Centering Queer Healing: An Overview and Review of the Pop-Up event, “Counterclockwise”
facilitated by @fieldtherapy

Illustration saying Centering Queer Healing
illustration by Julianne Dalope

Warm, Recharged, Content, Grateful, Held, Present, Love. 

At the end of our weekend experiences, and when asked to go around in a circle saying one word to describe how we feel, that is what we expressed. 

“Counterclockwise” was a two-day workshop that focused on Queer trauma and healing. On March 1st & 2nd facilitators/curators/space-holders, Sam Field and Michelle Castor created an experience that brought together Queer community members in Portland. Through the combination of education, writing, movement, sharing, and witnessing “Counterclockwise” embodied what it means to recognize and give grace to Queer experiences. 

Sam and Michelle have been working together for ten years. Each of them doing their own work—Sam as a therapist, and Michelle as a postpartum/fertility doula—but side by side representing the collectivity that is needed in LGBTQ+/BIPOC communities. In addition to therapy, Sam is also a consultant, writer, and connection-seeker. As for Michelle, they work as a herbalist, bodyworker, and grief-worker. Both of these facilitators are not bound in one entity but exist with a multitude of interests, goals, and intentions. Such multiplicity is exactly what Queer communities/folx reflect in our identities and lives we live. It was an honor to learn and create not only alongside Sam and Michelle, but with the entire room of Queer voices. 

Sam made sure to mention that “Counterclockwise” is typically an eight-week session workshop that she and Michelle specially condensed into a two-day event for Portland. The intention behind this is that they believe the work of Queer healing must be done, and must be done in the company of a collective. So, the efforts at trying this new timeline (two days vs. eight days) was at least worth the attempt.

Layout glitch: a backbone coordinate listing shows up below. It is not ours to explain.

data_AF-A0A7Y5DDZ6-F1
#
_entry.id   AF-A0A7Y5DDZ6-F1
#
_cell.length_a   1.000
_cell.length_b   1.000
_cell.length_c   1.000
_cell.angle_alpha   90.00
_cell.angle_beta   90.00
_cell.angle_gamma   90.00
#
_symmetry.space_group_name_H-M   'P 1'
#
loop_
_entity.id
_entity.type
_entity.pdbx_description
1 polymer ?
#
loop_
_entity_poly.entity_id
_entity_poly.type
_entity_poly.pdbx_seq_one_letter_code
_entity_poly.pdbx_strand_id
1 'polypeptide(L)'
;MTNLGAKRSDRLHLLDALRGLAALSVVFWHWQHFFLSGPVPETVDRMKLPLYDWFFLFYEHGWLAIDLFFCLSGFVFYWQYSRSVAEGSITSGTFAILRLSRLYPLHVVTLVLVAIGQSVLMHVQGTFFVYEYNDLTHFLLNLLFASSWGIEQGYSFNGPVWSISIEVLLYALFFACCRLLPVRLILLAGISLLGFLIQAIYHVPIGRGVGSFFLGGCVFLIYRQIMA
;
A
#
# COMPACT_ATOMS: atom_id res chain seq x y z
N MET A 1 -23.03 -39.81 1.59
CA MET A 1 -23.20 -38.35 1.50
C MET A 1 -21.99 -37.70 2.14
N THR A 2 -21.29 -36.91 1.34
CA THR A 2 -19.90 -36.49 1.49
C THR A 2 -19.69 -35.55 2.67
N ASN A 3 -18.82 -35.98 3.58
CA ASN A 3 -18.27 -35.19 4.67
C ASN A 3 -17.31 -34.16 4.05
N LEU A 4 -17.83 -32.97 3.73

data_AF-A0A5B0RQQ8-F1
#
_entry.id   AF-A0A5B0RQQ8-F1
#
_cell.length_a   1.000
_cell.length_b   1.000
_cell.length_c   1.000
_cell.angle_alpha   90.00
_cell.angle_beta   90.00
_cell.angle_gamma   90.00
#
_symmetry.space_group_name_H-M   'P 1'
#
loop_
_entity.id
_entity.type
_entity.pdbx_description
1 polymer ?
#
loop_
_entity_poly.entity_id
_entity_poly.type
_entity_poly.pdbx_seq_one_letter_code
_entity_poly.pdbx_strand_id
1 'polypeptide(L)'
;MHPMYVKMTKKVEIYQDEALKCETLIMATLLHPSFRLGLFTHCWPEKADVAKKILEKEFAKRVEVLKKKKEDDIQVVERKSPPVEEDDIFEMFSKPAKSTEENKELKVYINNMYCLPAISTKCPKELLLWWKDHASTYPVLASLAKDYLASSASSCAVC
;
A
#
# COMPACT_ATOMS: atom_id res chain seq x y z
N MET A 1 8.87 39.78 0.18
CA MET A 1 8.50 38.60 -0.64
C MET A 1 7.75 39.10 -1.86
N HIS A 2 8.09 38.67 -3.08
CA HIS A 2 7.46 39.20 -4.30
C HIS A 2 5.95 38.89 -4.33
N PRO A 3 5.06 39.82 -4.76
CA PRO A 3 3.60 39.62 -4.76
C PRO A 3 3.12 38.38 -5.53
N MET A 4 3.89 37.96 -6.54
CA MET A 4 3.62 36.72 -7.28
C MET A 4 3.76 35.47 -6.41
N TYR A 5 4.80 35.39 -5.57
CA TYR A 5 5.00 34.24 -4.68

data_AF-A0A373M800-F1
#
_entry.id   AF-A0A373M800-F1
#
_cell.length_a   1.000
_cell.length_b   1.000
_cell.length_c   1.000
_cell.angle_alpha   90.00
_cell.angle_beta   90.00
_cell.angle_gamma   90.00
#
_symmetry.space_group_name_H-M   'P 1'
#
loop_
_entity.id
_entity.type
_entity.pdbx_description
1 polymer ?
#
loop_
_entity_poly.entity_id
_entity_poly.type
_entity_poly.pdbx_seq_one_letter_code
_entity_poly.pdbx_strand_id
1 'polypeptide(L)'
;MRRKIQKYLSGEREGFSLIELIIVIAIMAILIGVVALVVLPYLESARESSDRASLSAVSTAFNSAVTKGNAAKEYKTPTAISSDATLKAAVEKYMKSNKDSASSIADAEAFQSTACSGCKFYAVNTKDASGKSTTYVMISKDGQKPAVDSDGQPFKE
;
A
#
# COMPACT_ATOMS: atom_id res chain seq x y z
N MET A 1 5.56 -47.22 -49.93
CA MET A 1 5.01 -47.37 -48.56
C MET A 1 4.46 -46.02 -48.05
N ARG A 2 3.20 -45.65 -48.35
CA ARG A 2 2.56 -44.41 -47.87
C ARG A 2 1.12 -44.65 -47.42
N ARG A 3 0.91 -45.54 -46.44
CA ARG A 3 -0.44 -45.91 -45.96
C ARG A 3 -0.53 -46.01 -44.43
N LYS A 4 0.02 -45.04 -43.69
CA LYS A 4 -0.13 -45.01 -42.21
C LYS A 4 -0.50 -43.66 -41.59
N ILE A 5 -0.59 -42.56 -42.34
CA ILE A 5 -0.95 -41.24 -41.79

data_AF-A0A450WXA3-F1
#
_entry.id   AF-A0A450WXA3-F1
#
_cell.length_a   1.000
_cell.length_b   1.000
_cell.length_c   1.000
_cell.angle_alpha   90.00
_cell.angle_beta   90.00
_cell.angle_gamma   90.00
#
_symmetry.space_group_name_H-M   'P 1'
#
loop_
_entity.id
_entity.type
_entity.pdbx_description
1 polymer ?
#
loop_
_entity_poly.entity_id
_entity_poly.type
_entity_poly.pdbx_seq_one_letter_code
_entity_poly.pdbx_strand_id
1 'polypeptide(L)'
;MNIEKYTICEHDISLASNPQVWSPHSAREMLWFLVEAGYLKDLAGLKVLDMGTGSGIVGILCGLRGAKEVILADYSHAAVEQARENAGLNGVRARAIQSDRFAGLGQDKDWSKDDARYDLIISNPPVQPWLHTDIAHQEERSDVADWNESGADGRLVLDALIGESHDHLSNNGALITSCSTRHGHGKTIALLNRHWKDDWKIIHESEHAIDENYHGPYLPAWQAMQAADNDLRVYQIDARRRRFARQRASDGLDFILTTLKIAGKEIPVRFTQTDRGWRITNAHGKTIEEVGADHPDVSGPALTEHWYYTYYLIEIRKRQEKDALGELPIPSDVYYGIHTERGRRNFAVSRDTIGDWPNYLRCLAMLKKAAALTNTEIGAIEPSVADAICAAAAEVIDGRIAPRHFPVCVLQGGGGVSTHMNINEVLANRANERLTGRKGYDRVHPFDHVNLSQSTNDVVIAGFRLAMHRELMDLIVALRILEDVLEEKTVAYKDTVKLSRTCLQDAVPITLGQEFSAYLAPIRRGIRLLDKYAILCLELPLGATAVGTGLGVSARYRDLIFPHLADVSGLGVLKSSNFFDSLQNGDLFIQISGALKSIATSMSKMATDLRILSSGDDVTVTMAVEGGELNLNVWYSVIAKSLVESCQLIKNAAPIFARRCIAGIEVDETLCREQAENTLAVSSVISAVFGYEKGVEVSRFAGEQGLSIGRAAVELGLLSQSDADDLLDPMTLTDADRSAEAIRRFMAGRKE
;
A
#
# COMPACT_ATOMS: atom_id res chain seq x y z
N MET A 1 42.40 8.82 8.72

Day one took place at the queer-owned bookstore Bishop & Wilde. When considering where to hold the workshop, Sam and Michelle kept the Queerness alive and well by collaborating with other Queer entrepreneurs. Michelle and Sam’s ongoing effort at Queer connectivity exists within the work they do, but as well as where they do the work they do—space plays a significant role in creating the magic that exudes out of Queer environments/experiences. The bookstore so kindly allows community members to utilize the space on the building’s top floor. A studio-style space that displayed windows on every wall; with the sun peeking through it felt open, cozy, and inviting. From 2-4 pm the thirteen of us present were guided through definitions, ideas, infographics, poems, and writing prompts. This day mostly pertained to laying the foundation by defining 1. trauma, 2. Queer/Queer Theory, and 3. Queer trauma. Distinguishing these entities and exploring their complex meanings and representations in society, established the framework that we would continue to work with and through for the remainder of the workshop. 

Considering the name, “Counterclockwise,” we focused on counter-narratives/counter-storytelling as a way of reclaiming autonomy. During a writing exercise, we named some of the stories that society tells about Queer folx (and about our own specific, individual identity). Then we got to re-tell these narratives in our own way—centering our truths and realities that oftentimes are not allowed the space or acknowledgment in an actively-suppressing society. The independent writing time granted us an outlet to introspectively reflect, while the group sharing encouraged us to witness others in their vulnerable moments. They heal. We heal.